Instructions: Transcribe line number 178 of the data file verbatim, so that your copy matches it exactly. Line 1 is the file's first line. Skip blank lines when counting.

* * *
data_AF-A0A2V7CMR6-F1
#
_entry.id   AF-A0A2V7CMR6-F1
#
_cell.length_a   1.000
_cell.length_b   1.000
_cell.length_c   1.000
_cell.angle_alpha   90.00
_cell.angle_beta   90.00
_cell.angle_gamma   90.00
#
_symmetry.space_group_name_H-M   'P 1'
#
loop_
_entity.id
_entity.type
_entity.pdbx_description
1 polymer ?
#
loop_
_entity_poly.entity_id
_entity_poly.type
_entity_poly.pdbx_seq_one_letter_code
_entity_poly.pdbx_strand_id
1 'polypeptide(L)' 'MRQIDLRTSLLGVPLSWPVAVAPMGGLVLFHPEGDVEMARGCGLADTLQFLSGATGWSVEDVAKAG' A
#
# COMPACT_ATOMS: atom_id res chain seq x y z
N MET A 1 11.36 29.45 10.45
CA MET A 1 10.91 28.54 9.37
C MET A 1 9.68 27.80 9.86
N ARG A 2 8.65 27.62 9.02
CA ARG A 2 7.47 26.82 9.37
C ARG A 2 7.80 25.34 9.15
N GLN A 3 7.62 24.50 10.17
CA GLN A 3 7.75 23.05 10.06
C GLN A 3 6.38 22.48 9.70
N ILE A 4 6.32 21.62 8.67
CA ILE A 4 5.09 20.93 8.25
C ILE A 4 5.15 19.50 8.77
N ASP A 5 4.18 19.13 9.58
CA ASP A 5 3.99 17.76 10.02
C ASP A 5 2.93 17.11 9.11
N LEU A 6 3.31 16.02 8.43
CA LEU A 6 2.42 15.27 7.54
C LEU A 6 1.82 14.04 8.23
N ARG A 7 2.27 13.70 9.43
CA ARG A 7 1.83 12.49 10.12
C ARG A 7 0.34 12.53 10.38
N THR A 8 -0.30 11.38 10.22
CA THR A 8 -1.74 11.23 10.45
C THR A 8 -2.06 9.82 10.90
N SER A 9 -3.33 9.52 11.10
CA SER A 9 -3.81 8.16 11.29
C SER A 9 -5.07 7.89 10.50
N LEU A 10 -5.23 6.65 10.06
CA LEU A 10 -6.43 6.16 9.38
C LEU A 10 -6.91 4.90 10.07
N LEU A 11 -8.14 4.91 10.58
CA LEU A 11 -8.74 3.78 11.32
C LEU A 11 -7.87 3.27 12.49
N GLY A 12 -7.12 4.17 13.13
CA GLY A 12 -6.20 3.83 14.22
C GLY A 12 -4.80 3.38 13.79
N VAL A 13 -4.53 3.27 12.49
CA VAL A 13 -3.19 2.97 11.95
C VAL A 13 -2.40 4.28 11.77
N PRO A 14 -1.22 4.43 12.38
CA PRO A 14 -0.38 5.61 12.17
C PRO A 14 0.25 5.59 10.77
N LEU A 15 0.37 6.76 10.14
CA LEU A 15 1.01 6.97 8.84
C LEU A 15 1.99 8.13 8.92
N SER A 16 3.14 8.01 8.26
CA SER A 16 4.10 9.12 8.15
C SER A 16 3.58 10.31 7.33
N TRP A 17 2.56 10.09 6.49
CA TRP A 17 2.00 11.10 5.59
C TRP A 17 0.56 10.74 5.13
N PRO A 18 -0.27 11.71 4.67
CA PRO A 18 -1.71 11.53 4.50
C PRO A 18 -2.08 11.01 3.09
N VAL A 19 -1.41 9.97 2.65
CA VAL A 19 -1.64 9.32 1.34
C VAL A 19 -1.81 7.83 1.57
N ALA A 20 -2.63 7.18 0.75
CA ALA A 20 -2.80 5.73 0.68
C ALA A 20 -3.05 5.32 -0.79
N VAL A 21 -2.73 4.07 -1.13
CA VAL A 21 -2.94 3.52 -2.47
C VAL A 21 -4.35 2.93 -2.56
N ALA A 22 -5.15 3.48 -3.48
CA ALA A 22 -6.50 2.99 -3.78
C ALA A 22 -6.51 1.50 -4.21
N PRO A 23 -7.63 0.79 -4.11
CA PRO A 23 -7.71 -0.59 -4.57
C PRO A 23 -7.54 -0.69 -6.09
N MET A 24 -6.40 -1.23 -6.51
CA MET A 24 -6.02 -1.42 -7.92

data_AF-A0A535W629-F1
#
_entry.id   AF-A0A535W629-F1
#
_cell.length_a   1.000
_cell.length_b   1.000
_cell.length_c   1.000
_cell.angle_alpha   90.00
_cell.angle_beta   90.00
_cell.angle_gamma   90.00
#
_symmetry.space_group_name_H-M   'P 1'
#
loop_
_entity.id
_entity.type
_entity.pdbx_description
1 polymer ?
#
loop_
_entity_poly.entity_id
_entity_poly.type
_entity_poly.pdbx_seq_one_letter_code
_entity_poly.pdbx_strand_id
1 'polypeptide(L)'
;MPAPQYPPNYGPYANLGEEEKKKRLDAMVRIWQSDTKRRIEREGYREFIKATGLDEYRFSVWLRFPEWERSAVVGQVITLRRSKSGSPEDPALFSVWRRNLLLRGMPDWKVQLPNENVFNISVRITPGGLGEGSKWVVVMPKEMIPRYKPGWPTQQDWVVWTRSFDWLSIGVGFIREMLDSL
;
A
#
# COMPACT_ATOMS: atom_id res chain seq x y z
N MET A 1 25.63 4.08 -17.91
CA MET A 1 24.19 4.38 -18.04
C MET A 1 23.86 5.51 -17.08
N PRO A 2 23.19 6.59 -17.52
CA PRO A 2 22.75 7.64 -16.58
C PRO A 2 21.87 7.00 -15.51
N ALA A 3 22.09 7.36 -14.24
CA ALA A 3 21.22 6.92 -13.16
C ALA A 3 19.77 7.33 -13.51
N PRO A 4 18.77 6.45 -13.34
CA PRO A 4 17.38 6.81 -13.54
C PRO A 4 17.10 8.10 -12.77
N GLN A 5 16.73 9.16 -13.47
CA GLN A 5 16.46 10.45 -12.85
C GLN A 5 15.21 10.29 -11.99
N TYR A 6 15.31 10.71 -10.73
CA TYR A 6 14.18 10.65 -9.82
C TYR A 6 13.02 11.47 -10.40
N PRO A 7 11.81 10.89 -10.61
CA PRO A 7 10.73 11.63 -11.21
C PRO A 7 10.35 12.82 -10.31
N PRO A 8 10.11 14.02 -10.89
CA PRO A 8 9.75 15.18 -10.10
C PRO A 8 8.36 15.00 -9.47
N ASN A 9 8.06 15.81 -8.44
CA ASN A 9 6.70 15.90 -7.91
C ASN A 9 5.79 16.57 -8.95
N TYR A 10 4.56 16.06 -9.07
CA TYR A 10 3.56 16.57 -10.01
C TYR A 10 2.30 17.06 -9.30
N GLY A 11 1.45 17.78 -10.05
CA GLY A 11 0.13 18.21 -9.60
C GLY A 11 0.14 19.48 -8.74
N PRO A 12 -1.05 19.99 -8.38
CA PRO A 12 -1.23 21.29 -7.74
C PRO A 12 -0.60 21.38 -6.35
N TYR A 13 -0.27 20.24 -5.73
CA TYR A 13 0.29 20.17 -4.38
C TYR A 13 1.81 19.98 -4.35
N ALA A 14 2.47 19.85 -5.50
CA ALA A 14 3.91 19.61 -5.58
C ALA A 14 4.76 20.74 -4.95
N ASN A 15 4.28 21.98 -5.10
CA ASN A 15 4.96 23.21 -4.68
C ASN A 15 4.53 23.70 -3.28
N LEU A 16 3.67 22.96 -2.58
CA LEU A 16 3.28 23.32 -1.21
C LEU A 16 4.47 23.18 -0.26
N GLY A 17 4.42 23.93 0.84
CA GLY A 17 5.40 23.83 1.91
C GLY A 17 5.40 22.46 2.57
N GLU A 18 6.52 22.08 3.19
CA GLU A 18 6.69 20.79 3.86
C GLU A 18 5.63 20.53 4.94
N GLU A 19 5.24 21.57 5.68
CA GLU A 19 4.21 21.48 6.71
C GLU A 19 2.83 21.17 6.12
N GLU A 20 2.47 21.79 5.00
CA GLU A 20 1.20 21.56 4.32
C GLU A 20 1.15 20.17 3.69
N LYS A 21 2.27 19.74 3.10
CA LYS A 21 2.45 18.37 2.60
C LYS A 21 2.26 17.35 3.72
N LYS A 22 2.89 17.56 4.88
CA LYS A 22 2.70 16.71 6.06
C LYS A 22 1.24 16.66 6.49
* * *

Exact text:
CA GLY A 17 5.40 23.83 1.91